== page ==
New Idaho Law Calls For Killing 90% Of The State's Wolves Twenty-five years after wolves were reintroduced to Idaho, state lawmakers want most of the animals killed, despite different advice from wildlife managers.

New Idaho Law Calls For Killing 90% Of The State's Wolves

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Conservative lawmakers in Idaho and Montana are going after wolves in those states. New laws call for killing more than a thousand wolves and paying people to shoot them, too. Boise State Public Radio's Troy Oppie says the laws passed despite objections from local wildlife managers.

TROY OPPIE, BYLINE: Twenty-five years ago federal wildlife officials reintroduced wolves to Idaho. They did well enough that 10 years ago the animal came off the endangered species list. Since then, hunters have legally killed hundreds every year. Idaho's current wolf population is about 1,500, and that's way too many for state lawmakers like Dorothy Moon.

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DOROTHY MOON: You know, when they are so fearless that they are now walking down the center of a dirt road, that means there's too many of them.

OPPIE: Moon and many others don't like how some of the state's prized herds of elk have become smaller since wolves returned. But biologist Michael Lucid, formerly with Idaho's Department of Fish and Game, says big herds of elk don't necessarily indicate healthy ecosystems.

MICHAEL LUCID: One of the points of having wolves in the ecosystem is to have a reasonable number of them and have them perform their roles as predators, keeping elk and other prey wild animals and doing things like reducing disease and culling older and weaker members of those herds.

OPPIE: Lucid helped write Idaho's Wolf Management Plan, informed by studies showing positive ecological impacts from returning wolves to Yellowstone National Park and other locations. But lawmakers have a different idea of what a reasonable number of wolves is. Idaho's new law calls for killing up to 90% of them. Again, lawmaker Dorothy Moon, whose central Idaho district includes wolves and some of their prime habitat.

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MOON: We've got to get this in check. And all due respect to Fish and Game - they need this help.

OPPIE: That help means giving wolf hunters the right to do things that are illegal when pursuing other animals, like using night vision goggles, killing wolf pups in their dens and chasing wolves with motorized vehicles. Those changes don't sit well with Ned Burns, the mayor of a small town near where wolves currently roam. He's also a hunter and says it's more important to follow the principles of fair chase than what laws might allow.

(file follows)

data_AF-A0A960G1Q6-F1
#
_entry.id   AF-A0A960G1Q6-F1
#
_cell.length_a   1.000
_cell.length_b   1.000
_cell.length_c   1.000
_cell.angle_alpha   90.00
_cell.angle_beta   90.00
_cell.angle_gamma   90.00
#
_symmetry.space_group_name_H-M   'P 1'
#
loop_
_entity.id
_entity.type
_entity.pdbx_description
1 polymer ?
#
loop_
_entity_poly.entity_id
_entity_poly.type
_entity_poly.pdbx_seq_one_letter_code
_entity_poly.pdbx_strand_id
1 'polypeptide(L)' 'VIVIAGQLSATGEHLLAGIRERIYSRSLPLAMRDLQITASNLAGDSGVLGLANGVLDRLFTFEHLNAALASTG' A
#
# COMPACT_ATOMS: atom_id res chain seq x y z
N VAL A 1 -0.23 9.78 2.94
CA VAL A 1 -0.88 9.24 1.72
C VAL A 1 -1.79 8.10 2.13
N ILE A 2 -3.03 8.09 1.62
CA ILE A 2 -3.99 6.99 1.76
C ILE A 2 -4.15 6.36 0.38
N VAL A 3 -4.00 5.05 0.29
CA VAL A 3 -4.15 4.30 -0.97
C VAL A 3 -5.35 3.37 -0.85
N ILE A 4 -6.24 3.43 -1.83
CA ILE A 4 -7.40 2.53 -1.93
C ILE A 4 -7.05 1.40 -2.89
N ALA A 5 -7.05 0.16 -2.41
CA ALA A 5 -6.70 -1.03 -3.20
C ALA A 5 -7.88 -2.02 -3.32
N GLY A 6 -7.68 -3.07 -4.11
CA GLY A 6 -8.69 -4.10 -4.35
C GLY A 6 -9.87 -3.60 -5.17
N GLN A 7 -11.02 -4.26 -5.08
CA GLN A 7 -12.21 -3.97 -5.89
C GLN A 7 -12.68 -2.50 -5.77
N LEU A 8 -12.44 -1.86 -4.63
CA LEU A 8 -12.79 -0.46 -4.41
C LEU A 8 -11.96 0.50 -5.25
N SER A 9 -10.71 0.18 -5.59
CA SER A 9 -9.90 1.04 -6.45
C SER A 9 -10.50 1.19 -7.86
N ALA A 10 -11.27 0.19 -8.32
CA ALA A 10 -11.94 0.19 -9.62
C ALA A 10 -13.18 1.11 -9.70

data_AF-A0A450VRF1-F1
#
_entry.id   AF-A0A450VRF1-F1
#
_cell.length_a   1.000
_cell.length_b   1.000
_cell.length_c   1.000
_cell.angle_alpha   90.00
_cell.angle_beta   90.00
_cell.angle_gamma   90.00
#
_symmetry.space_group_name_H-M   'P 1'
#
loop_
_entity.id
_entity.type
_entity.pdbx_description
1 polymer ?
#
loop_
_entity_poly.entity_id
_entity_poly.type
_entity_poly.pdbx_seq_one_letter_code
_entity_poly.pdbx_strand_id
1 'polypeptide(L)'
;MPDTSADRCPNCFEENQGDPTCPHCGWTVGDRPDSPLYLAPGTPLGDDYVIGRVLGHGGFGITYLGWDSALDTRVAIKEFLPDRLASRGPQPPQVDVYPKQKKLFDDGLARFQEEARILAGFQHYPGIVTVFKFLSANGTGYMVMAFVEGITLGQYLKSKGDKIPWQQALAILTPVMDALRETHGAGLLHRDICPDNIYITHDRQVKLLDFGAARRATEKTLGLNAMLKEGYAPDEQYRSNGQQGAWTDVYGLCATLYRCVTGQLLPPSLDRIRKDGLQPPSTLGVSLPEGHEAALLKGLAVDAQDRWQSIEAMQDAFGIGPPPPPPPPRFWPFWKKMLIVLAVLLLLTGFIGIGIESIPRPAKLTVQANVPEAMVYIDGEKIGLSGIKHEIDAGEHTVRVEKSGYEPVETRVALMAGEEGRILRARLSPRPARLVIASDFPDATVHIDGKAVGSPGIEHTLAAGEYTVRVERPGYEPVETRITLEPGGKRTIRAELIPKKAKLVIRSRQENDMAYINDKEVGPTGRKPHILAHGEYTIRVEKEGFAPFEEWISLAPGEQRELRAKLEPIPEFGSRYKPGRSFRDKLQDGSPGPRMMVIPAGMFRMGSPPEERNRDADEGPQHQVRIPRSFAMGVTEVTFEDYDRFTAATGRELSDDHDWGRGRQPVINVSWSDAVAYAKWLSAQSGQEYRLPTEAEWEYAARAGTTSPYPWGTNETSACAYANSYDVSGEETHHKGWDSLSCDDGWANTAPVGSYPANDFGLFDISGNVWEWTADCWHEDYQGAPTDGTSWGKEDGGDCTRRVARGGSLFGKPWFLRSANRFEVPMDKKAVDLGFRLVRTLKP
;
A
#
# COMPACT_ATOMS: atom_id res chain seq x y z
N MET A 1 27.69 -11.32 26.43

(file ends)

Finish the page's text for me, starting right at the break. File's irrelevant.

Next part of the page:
NED BURNS: If it's in a wide open area and they can't get into cover, if you can just run one down until it basically exhausts itself, I don't necessarily know that that's the way I've ever been raised to hunt animals.

OPPIE: It's unclear how many hunters will respond to Idaho lawmakers' call to kill more than 1,300 wolves. They've also liberalized trapping rules, and there's increased funding to hire professionals to exterminate wolves, including shooting them from helicopters. Across the border in Montana, there are similar new laws, although state game managers will have more say in how those laws are implemented and Montana has not set an absolute number of wolves to be killed. The new laws will please ranchers in both states, many of whom have long opposed wolf reintroduction. Michael Lucid, the former Idaho Fish and Game biologist who now consults on wildlife conservation, is worried too many wolves will be killed.

LUCID: I think the new wolf law is overall going to have a very negative impact on wildlife in Idaho. And furthermore, it's going to have a negative impact on wolves' ability to disperse out of Idaho and recolonize other areas in the northwest, where they need to recolonize.

OPPIE: Conservation groups have already asked the Biden administration to step in and take back wolf management again and are considering legal challenges as well. If the wolf population declines, citizens could petition the U.S. Fish and Wildlife Service to reevaluate endangered species protections. For NPR News, I'm Troy Oppie in Boise.

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